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I believe that some folks want to do away with ISO altogether.
It lets them do whatever they like with whomever they like
and then push that out on to a public that can't tell the
difference via labeling it a standard through an organization
that could care less. Let the buyer beware. That is fine
until the middle tier vendor has to sign an indemnity agreement
for that technology while the first vendor merely has
to claim, it's 'standard'.
I am not saying and have not said, "ISO only"
but that consortia working with ISO stand a better
chance of producing a reliable standard. ISO is only
guaranteeing a process. It is the consortia practices,
particularly the IP agreements as bound by the participation
agreements that one relies on.
As I asked Dare, would you agree that if the following
is asked, a better deal results:
1. It is ISO standard (which has a specific meaning)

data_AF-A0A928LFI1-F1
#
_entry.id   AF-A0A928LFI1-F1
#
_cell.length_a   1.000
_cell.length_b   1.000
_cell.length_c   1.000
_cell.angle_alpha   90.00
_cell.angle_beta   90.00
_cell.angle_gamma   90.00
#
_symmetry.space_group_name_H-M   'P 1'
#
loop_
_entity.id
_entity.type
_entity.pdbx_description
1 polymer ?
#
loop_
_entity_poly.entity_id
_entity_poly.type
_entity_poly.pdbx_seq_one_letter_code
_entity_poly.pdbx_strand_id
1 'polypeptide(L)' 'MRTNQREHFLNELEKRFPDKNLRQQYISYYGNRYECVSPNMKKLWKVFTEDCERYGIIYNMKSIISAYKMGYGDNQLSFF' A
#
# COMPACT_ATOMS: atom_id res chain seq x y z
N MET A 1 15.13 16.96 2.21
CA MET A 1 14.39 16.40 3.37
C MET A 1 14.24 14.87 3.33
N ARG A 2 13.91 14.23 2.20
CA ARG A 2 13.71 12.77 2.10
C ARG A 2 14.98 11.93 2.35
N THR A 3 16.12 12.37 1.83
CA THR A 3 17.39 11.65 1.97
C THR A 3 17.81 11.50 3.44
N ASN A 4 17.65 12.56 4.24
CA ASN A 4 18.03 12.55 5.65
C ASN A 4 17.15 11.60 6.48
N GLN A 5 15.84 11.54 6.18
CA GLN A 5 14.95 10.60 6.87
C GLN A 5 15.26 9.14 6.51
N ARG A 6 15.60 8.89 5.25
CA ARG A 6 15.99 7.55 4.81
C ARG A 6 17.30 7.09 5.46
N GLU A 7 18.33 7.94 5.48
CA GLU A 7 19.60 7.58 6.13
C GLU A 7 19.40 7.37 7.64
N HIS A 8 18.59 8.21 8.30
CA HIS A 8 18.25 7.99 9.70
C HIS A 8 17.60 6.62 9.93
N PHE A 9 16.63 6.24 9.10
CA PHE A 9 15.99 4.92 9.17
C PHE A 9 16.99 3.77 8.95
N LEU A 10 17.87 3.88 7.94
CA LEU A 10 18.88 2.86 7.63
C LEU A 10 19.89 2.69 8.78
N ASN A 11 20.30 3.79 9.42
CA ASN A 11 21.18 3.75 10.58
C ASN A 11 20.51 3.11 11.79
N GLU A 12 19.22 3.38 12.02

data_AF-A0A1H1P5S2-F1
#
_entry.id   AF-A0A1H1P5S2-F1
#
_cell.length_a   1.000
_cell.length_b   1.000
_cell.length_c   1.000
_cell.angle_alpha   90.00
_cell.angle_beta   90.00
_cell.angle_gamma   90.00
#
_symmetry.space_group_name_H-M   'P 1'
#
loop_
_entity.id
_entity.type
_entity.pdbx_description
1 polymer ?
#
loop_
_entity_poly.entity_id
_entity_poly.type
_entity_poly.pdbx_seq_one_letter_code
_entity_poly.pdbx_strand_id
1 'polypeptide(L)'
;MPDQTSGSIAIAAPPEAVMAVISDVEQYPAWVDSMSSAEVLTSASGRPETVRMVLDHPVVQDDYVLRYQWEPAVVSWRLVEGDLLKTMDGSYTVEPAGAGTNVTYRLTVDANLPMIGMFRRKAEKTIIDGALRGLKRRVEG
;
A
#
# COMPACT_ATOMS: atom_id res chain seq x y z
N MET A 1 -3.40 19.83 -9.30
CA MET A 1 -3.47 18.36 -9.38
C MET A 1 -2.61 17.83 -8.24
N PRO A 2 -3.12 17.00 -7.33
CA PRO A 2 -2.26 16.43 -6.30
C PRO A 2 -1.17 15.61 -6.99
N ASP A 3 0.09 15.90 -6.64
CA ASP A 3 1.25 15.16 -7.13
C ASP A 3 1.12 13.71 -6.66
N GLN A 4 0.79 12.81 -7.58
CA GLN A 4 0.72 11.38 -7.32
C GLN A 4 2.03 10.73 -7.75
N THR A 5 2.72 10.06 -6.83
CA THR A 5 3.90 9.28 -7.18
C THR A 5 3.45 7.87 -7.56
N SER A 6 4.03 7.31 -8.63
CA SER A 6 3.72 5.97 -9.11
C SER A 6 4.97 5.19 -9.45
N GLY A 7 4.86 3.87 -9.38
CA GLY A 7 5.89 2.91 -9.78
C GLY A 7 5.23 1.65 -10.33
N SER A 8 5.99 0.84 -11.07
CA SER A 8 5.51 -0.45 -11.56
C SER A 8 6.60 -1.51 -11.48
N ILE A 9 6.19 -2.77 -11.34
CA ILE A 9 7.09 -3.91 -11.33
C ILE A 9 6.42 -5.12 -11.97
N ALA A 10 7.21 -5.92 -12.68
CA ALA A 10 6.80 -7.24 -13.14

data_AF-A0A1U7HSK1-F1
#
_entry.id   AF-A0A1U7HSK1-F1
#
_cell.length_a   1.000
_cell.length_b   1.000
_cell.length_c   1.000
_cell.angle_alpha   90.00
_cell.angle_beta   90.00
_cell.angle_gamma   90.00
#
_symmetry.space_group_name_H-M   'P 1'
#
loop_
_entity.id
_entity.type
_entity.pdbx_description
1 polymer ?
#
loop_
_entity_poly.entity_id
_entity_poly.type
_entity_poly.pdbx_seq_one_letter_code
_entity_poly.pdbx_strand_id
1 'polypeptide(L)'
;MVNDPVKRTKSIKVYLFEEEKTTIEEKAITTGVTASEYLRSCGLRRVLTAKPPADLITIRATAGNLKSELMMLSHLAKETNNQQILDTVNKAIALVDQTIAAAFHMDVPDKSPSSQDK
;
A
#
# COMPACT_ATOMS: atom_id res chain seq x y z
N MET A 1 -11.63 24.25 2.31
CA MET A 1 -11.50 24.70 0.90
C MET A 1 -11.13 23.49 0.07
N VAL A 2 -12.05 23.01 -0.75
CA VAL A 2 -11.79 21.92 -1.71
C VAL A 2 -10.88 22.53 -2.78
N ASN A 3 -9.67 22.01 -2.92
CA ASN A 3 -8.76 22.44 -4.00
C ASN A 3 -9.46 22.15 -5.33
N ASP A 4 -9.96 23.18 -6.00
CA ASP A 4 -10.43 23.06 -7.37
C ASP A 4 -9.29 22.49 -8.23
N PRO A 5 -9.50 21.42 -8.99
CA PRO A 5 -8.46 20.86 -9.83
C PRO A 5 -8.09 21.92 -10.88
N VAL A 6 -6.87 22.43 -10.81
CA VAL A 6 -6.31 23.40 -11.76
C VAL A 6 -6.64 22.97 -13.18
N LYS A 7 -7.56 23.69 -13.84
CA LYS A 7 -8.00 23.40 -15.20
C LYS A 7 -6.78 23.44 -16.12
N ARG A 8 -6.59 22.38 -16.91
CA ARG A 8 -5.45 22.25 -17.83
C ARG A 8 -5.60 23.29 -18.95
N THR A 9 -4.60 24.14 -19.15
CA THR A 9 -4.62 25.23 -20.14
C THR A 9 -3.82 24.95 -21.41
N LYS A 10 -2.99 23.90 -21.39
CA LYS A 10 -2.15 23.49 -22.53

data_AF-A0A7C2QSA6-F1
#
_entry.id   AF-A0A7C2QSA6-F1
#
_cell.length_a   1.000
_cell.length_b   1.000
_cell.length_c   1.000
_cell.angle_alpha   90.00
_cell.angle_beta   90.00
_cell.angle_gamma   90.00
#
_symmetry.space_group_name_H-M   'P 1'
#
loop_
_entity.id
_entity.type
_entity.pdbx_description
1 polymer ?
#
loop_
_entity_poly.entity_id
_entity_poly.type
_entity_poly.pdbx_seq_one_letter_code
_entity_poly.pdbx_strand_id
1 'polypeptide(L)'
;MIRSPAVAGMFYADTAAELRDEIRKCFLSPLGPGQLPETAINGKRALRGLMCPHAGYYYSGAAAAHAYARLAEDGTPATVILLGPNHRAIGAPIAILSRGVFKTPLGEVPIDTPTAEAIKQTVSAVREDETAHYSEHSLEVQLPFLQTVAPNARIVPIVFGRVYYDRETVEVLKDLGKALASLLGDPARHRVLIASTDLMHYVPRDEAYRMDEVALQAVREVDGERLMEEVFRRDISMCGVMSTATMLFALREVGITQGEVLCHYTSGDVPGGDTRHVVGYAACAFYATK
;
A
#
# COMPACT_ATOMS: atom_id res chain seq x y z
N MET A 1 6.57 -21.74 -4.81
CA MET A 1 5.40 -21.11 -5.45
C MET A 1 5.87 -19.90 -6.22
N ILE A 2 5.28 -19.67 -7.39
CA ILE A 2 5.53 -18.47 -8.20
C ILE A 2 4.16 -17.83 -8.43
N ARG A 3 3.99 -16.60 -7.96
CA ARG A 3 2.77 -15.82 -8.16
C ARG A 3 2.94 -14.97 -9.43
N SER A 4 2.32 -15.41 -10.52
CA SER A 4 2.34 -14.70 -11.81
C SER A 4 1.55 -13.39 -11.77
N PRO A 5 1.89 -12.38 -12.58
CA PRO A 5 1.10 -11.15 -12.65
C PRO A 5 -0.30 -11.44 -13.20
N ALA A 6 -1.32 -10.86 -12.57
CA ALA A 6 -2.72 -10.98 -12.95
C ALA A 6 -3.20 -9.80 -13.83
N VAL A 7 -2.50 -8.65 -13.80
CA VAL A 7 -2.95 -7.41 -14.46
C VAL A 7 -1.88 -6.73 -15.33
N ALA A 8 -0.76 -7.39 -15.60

but created by technical committees from consortia
(not the marketing guys who go to committee meetings
to represent their bosses' viewpoint).
2. Is Royalty-free by dint of a signed participation
3. Comes with conformance tests and a test mark (a
formal variation of a trade mark).
So now, 'standard' has a meaning. The quality of the
standard is as good as the consortium members that
produce it, but the meaning is clear, the IP is
open, and conformance tests ensure that something
claimed to be 'standard' actually is.
As long as people continue to dis solutions that
might work, we might as well go back to the proprietary
solutions and push for indemnity clauses. If this
can't be done through the standards groups, there
are very few other alternatives.
From: Rich Salz [mailto:email@example.com]
Most of these weren't ISO/ITU committees, but were either private
industry consortia, or other standards work that got a "finishing
polish." In fact, the only one I know of that was ISO from start
to finish is X.400, which surely must be considered a temporary
success at best, if not an overall failure and waste of time.
I believe when most folks say "what has ISO done," they want examples that
started in ISO (or ITU, most folks comingle them), rather than another
phase on an existing work. If all you need is the latter, than just have
ISO versions of IP, TCP, HTTP/1.1, and SSL.
So, can anyone point to ISO/ITU success in the computer (software) field?